Monday, May 30, 2005

Review 3: A Short History of Everything

A short history of nearly everything
by Bill Bryson

This book should be a must-read in every school. Bill Bryson describes the history of Science in such a compelling and funny way you wouldn't have imagined possible. For me, as for a lot of other people I guess, sciences always were something rather dull and grey. Apart from geeks and nerds who could possibly have any interest in such weird theories and concepts as the Big Bang, evolution, gravity, tectonic shifts, microbes, cellular structures and the like? Oh, how wrong I was!

Mr Bryson not only explains the scientific concepts in a very understandable way, he also tells us who the scientists behind these discoveries were, how they made them and especially how excentric a lot of the men were! They were certainly, in a sense, crazy compared to the regular people, but this 'craziness' was needed for their accomplishments. Or would you have told yourself: Well, let's just find a way to measure Earth!?

The book is a quest to understand everything that happened from the Big Bang to the rise of the civilization. It really is an eye-opening journey that reveals the world around us in a way that most of us probably haven't seen before. And for someone like me who likes to understand why things are or happen the way they do it was pure delight. Of course the book doesn't contain the answers on everything, some things are probably unknowable. But reading, and realizing, the marvels of Nature and Existence itself and Man's quest to decypher them is just overwhelming. We usually live our daily life and take more or less everything for granted when in fact we're part of something huge, incredible, mysterious, weird and despite all problems, beautiful. And this book helps you discover that.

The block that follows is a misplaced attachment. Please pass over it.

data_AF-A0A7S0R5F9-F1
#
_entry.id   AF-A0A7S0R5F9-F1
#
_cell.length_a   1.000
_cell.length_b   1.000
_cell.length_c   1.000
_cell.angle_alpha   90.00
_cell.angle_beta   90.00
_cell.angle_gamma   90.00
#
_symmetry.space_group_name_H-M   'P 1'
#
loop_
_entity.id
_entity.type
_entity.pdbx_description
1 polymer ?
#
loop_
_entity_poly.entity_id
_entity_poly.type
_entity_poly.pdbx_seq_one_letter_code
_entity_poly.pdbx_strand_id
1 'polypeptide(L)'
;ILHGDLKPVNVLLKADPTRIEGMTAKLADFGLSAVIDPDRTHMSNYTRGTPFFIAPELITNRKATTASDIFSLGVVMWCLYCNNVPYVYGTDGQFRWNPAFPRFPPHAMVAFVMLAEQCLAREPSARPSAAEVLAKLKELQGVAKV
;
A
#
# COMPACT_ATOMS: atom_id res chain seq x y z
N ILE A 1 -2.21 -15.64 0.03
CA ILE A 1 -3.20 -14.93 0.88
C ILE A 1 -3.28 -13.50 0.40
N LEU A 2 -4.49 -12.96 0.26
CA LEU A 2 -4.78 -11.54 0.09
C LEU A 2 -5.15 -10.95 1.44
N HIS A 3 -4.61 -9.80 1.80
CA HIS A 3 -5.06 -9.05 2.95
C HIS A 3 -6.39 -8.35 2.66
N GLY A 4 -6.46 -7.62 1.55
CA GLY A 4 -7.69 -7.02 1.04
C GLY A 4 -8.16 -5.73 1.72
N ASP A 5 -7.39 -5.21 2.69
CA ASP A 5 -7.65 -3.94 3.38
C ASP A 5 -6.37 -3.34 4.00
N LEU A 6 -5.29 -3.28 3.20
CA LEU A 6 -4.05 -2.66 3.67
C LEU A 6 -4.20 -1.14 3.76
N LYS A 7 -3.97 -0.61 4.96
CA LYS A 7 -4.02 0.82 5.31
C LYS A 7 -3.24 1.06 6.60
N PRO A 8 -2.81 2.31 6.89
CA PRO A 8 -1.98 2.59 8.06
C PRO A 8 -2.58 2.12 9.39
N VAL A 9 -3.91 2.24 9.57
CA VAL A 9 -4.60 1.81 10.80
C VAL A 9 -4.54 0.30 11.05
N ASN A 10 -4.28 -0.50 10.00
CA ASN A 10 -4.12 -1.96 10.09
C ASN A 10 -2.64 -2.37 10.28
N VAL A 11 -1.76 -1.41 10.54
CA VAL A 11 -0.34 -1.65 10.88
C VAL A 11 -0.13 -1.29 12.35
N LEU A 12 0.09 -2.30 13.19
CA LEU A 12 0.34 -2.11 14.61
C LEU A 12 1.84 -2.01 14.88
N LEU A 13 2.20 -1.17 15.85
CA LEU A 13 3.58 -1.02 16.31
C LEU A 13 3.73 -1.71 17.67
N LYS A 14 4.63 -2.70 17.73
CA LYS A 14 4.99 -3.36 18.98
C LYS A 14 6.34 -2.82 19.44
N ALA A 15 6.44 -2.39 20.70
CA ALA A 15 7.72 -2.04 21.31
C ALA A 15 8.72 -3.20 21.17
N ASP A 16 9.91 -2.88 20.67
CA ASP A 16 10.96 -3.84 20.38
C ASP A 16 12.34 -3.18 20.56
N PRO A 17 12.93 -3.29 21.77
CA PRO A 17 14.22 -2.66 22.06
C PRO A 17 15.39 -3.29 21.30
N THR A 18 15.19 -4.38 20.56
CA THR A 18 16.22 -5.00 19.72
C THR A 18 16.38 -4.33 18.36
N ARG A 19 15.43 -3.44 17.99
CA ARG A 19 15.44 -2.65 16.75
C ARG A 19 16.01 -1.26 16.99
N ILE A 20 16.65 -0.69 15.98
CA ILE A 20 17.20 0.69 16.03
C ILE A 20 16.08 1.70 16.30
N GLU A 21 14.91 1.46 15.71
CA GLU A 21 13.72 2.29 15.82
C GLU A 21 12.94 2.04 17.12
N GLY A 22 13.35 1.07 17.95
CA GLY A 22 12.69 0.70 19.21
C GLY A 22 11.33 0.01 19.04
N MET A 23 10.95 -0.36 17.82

Hm, I think I got a bit carried away there ... so here's now finally my rating: 9/10.